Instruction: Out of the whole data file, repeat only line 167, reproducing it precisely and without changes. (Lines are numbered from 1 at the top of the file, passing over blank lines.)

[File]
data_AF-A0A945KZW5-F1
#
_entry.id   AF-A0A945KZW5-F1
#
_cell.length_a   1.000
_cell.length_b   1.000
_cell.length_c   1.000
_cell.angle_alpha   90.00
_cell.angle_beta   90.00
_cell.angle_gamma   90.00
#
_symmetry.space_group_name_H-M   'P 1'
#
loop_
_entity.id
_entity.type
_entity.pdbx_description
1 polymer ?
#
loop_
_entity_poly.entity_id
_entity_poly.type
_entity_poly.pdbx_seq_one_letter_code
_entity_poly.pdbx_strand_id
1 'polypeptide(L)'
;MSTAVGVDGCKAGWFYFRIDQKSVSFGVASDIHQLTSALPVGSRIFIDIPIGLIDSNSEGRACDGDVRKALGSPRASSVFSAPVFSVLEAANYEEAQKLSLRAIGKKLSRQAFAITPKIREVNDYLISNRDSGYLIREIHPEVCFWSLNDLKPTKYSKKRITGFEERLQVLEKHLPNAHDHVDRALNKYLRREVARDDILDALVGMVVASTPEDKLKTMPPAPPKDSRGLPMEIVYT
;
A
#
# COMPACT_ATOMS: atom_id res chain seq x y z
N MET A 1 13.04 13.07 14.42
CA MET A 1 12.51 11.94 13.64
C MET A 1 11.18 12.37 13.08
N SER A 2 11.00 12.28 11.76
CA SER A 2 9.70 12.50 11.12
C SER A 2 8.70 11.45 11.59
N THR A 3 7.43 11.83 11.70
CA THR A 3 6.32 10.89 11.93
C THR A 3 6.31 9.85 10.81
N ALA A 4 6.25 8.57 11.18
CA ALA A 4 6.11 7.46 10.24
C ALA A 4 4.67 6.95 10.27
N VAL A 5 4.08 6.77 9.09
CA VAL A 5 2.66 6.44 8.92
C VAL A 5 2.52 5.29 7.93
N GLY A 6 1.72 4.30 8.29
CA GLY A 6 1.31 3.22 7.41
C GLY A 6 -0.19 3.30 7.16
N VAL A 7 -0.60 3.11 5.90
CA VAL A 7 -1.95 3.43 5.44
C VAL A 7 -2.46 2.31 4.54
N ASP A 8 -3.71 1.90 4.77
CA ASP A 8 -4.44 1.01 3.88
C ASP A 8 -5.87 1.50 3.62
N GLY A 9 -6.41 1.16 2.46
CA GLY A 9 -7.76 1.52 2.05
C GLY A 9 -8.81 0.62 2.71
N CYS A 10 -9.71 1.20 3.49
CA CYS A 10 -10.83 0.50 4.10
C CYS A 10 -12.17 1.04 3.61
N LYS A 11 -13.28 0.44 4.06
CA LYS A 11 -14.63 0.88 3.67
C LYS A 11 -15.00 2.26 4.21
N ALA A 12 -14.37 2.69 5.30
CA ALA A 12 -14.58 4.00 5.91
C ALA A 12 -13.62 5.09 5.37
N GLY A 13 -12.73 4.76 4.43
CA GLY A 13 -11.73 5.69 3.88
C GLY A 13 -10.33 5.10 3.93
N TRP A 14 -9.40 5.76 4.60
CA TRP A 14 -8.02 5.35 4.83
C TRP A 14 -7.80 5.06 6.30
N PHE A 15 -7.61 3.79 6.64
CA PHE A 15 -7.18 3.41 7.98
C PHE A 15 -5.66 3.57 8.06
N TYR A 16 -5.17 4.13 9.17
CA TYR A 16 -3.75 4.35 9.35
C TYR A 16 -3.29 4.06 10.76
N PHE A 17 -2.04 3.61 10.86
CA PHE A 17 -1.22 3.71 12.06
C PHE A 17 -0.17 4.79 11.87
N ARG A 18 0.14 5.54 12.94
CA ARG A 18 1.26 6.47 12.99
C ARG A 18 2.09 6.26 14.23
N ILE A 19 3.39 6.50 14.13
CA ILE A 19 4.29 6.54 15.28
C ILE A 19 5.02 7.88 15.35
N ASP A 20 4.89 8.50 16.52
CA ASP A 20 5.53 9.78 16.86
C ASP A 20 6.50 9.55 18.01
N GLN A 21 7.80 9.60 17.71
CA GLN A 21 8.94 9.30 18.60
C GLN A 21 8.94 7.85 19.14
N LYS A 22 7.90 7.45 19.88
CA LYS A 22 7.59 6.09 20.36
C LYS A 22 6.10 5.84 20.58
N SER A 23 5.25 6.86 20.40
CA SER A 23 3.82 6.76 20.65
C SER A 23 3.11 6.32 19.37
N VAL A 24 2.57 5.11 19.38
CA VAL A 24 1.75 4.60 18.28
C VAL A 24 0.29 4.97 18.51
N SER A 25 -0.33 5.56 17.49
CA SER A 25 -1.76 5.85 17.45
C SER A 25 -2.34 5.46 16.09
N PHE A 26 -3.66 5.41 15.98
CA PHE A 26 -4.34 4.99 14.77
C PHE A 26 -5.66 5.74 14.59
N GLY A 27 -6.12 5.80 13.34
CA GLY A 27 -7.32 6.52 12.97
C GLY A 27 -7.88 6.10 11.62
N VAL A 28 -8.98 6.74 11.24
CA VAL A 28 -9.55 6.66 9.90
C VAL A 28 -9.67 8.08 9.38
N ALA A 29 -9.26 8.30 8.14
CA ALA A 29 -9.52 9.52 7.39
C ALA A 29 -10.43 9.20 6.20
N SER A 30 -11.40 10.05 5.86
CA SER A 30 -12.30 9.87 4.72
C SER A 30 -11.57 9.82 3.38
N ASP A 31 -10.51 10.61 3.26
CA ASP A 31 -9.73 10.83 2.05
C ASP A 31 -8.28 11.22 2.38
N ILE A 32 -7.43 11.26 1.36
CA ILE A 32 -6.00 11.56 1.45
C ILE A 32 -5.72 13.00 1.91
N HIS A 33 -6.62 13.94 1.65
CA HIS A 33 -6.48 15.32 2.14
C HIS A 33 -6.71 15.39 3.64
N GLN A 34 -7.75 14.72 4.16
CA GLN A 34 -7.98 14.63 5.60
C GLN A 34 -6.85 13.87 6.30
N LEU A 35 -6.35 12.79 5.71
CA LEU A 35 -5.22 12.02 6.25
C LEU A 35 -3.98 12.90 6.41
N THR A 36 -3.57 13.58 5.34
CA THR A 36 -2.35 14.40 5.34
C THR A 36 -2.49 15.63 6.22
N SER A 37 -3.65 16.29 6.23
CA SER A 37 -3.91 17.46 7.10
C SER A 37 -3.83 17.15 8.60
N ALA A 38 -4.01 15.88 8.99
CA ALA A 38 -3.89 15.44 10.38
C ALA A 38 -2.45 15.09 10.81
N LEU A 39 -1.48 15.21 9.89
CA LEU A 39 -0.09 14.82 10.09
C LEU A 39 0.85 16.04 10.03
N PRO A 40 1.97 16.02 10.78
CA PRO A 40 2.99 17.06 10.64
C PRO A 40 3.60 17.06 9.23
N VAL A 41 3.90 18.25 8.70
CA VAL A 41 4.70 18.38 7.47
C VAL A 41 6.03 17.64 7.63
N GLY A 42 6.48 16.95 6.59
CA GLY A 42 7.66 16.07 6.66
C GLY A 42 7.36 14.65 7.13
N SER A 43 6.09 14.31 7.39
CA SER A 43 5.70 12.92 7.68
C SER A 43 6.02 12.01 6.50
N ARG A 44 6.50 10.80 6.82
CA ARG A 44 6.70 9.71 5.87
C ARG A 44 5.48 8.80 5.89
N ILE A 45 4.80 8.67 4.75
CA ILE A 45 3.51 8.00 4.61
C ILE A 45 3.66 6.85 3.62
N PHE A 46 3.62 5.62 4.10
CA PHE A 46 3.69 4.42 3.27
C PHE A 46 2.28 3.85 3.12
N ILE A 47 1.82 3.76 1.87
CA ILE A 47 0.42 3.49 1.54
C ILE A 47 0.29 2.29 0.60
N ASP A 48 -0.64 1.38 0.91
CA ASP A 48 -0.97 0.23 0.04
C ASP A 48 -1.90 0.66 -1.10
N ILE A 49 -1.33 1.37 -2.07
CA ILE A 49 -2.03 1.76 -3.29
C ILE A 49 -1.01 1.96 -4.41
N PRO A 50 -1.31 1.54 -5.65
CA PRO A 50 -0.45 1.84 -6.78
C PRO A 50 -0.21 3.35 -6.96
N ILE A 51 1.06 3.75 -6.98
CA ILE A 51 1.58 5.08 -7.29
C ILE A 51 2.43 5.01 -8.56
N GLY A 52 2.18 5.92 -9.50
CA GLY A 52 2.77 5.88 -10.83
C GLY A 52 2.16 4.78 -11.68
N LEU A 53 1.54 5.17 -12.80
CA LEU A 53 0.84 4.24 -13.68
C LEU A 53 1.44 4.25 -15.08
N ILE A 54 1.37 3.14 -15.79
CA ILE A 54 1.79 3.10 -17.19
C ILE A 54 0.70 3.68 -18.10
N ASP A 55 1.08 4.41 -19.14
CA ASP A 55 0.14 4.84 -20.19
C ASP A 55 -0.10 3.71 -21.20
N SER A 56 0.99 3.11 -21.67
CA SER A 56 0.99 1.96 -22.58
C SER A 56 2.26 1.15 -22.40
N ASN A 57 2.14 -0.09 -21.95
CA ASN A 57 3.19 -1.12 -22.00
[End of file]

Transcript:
CA PHE A 46 3.69 4.42 3.27